Why is Britain increasingly reliant on food banks?

Protecting the human right to food is more important than ever, argues ESRC researcher Hannah Lambie-Mumford.

Hannah Lambie-Mumford

In the last few years we have seen the prolific growth of emergency food charity across the UK and sharply rising numbers of people turning to them for help with food. In 2010-2011 just over 61, 000 people received emergency food parcels from the country’s largest network of food banks – the Trussell Trust foodbank Network; in 2013-2014 that number had risen to over 913,000.

This is happening in the context of continuing economic austerity, suggesting that people are struggling to feed themselves and their families in the face of changing social policy, stagnating incomes and rising costs of living.

As the media and politicians from across the political spectrum have become engaged with the question of why there has been such a rise in the numbers of people turning to food charity (particularly food banks), the issue of food poverty has become highly charged politically.

Various food items included in a foodbank in CanadaVancouver foodbank on Flickr by CC 2.0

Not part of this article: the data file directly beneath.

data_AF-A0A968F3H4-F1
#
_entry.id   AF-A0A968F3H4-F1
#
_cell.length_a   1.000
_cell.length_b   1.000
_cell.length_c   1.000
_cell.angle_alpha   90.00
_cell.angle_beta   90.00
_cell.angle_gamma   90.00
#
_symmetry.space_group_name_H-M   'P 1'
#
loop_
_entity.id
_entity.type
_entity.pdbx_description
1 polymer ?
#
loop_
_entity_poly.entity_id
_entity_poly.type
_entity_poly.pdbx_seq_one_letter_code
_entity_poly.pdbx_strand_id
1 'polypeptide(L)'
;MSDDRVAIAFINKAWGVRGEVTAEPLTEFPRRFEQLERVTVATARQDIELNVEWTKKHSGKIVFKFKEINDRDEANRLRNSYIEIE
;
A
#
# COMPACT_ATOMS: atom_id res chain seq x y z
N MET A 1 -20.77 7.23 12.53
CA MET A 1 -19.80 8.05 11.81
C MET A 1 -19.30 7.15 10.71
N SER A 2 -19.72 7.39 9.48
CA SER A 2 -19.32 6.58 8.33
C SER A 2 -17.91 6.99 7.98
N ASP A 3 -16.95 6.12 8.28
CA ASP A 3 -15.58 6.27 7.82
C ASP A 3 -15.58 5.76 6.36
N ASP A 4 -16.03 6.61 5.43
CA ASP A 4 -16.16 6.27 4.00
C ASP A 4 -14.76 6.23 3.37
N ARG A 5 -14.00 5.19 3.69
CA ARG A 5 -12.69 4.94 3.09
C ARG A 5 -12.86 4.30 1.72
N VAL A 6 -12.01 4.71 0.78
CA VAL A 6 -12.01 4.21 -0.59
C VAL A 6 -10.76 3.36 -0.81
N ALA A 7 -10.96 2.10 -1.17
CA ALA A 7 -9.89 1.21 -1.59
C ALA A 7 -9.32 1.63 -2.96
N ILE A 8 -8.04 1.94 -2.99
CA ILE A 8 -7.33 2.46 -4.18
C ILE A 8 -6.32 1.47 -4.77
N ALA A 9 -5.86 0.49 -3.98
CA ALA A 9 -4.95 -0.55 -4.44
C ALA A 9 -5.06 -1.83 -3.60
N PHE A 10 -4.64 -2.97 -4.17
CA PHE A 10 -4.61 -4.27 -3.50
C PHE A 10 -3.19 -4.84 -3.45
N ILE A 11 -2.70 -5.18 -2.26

Items included in a foodbank in Canada.

Hunger is fast becoming one of the central social issues of the so-called ‘Era of Austerity’ and policy options for overcoming it are currently being considered by the UK All Party Inquiry into Hunger and Food Poverty in Britain.

Hungry for security

The apparent rise in levels of hunger and need for emergency help with food raise significant questions for economic, social and food policy in the UK. Recent research into the rise of emergency food provision in the UK, funded by Global Food Security programme partner the Economic and Social Research Council (ESRC), highlights the importance of human rights-based approaches when looking at questions of hunger and food charity.

Rights-based frameworks provide us with ways of thinking about what dignified, acceptable and adequate food experiences are in the UK and what responsibilities different stakeholders have in enabling the realisation of these for everyone. A ‘right to food’ approach also facilitates a wider focus on not just consumption and access to the food available, but also to food production and commodification, encouraging us to face questions of the fairness of our food system as a whole and the role retailers and business have in promoting social justice and protecting the poorest from hunger and exclusion, and not just in the UK but globally.

Cut out and keep? Poverty is a key reason that people use foodbanks.

Whilst food-related and other charities and voluntary organisations would have a role to play in the progressive realisation of the right to food, particularly in terms of campaigning and evidence gathering on behalf of the hungry people they help, given the limitations of these emergency food systems an increasing societal reliance on these charities in the absence of adequate social protection and economic security is highly problematic from a rights perspective.